What needs to happen for me to have a working Sandy-E system?!

        • 1. Re: Getting a DX79SR board to POST

          Hello R_Levine;


          Since you already replaced this motherboard twice, as per service ticket notes, it could be that you have a defective processor.


          I would like to inform you, that this processor supports DDR3 1333 and 1600 MHZ only. Any speed above that, will be considered out of specifications. According to the information, you are using 2133 MHz memory speed.

          Using memory out of specifications will decrease the lifetime of the processor and it could generate processor damage.


          Intel® has a tool that will test every single component inside the processor and then will generate a report.

          If you can test your processor on another machine, or if you are able to load your operating system at least once,  I recommend you running the tool named Intel® Processor Diagnostics Tool that can be downloaded at the f following link:




          In the case the issue persists, I recommend you contacting our phone email or chat support so that they can help you out with the replacement of the unit. You can provide the same service ticket number.




          • 2. Re: Getting a DX79SR board to POST
            Ziad Aghar

            So it was a broken CPU or what??

            What was the solution??

            • 3. Re: Getting a DX79SR board to POST

              Hay intel staff im having the same problems described above, to save time on making another thread my mobo does what was described above.



              cpu: 4930k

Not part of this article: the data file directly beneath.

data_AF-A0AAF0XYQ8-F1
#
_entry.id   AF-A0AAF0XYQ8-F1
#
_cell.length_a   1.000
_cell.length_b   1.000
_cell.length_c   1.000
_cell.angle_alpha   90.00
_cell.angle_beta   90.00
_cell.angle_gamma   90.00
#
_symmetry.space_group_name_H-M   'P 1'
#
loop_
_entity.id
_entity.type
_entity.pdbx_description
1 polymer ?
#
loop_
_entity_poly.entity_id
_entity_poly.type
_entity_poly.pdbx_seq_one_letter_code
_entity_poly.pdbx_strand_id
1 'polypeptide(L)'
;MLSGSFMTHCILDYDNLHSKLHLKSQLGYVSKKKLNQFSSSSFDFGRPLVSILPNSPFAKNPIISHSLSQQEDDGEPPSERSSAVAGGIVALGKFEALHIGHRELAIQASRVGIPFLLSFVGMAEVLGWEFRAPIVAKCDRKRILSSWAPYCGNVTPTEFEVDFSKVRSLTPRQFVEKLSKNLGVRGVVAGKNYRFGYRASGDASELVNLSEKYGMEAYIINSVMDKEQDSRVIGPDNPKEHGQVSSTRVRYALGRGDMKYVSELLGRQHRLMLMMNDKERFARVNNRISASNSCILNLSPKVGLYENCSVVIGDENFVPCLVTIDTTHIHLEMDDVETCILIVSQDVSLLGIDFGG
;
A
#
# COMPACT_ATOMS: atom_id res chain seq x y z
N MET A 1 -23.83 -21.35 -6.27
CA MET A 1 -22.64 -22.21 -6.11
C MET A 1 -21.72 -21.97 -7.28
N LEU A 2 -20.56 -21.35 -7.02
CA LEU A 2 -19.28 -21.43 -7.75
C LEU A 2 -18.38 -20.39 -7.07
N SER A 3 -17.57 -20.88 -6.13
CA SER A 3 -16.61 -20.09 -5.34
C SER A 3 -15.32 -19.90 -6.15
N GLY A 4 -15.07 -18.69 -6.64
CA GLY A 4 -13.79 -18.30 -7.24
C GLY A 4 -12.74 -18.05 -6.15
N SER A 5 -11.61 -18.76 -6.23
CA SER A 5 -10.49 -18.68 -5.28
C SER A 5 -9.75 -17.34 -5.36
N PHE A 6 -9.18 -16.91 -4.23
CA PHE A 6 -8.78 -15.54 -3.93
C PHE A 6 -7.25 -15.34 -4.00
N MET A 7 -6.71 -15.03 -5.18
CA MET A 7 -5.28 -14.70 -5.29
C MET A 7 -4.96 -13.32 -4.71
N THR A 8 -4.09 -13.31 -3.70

psu:seasonic platinum 860

              No peripherals connected just whats listed. additional 20+4 pin connector.



              But one additional thing that the posters isn't experiencing, my motherboards making ticking sounds rather than posting sounds. my fans work, standby too.


              So whats the issue here. are all your boards defective or what, (no i didn't come here to argue but assistance)


              Is cpu broken, your brand new cpu that recently released defective?

              Is it this motherboard that doesn't post but makes ticking sounds from the internal bios speaker.

              Yes my cpu was purchased from a local store; box and all.


              Ive searched approximatly 39 threads addressing my issue, now going to local technical store for second opinion.


              I don't know why my motherboards not posting, and all my parts are new. (given the saverity of the situation, i don't care for the board if it is, but im very concerned if its my cpu)

              • 4. Re: Getting a DX79SR board to POST
                Ziad Aghar

                @Lentalsoup, nice name

                Intel does not support the new Ivy Bridge-E "that's your CPU" on their x79 boards. You will have to buy a new NON Intel x79 board or replace the CPU you have with an older model "e.g. i7 3930"

                Intel boards only support the i7 39xx series on their x79 boards